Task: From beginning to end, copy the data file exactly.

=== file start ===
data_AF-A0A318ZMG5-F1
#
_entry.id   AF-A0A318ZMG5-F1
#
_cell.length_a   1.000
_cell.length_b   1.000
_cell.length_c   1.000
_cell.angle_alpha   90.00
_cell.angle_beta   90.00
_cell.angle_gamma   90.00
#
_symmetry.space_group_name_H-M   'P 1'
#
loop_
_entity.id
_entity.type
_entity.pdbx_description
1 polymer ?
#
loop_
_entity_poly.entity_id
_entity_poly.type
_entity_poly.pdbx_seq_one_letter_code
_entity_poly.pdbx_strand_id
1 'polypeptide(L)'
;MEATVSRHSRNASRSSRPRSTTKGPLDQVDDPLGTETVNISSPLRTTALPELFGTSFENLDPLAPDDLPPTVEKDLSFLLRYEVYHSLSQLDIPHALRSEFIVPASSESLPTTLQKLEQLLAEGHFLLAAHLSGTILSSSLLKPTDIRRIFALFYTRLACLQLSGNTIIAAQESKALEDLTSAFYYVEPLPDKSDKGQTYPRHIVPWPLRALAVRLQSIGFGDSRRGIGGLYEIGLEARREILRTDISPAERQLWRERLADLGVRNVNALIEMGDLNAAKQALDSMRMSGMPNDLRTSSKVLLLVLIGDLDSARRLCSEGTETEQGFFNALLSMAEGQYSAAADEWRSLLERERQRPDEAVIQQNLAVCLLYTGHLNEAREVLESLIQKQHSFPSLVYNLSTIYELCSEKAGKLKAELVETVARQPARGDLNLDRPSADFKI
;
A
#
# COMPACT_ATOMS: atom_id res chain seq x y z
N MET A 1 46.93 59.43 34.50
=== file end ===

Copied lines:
data_AF-A0A318ZMG5-F1
#
_entry.id   AF-A0A318ZMG5-F1
#
_cell.length_a   1.000
_cell.length_b   1.000
_cell.length_c   1.000
_cell.angle_alpha   90.00
_cell.angle_beta   90.00
_cell.angle_gamma   90.00
#
_symmetry.space_group_name_H-M   'P 1'
#
loop_
_entity.id
_entity.type
_entity.pdbx_description
1 polymer ?
#
loop_
_entity_poly.entity_id
_entity_poly.type
_entity_poly.pdbx_seq_one_letter_code
_entity_poly.pdbx_strand_id
1 'polypeptide(L)'
;MEATVSRHSRNASRSSRPRSTTKGPLDQVDDPLGTETVNISSPLRTTALPELFGTSFENLDPLAPDDLPPTVEKDLSFLLRYEVYHSLSQLDIPHALRSEFIVPASSESLPTTLQKLEQLLAEGHFLLAAHLSGTILSSSLLKPTDIRRIFALFYTRLACLQLSGNTIIAAQESKALEDLTSAFYYVEPLPDKSDKGQTYPRHIVPWPLRALAVRLQSIGFGDSRRGIGGLYEIGLEARREILRTDISPAERQLWRERLADLGVRNVNALIEMGDLNAAKQALDSMRMSGMPNDLRTSSKVLLLVLIGDLDSARRLCSEGTETEQGFFNALLSMAEGQYSAAADEWRSLLERERQRPDEAVIQQNLAVCLLYTGHLNEAREVLESLIQKQHSFPSLVYNLSTIYELCSEKAGKLKAELVETVARQPARGDLNLDRPSADFKI
;
A
#
# COMPACT_ATOMS: atom_id res chain seq x y z
N MET A 1 46.93 59.43 34.50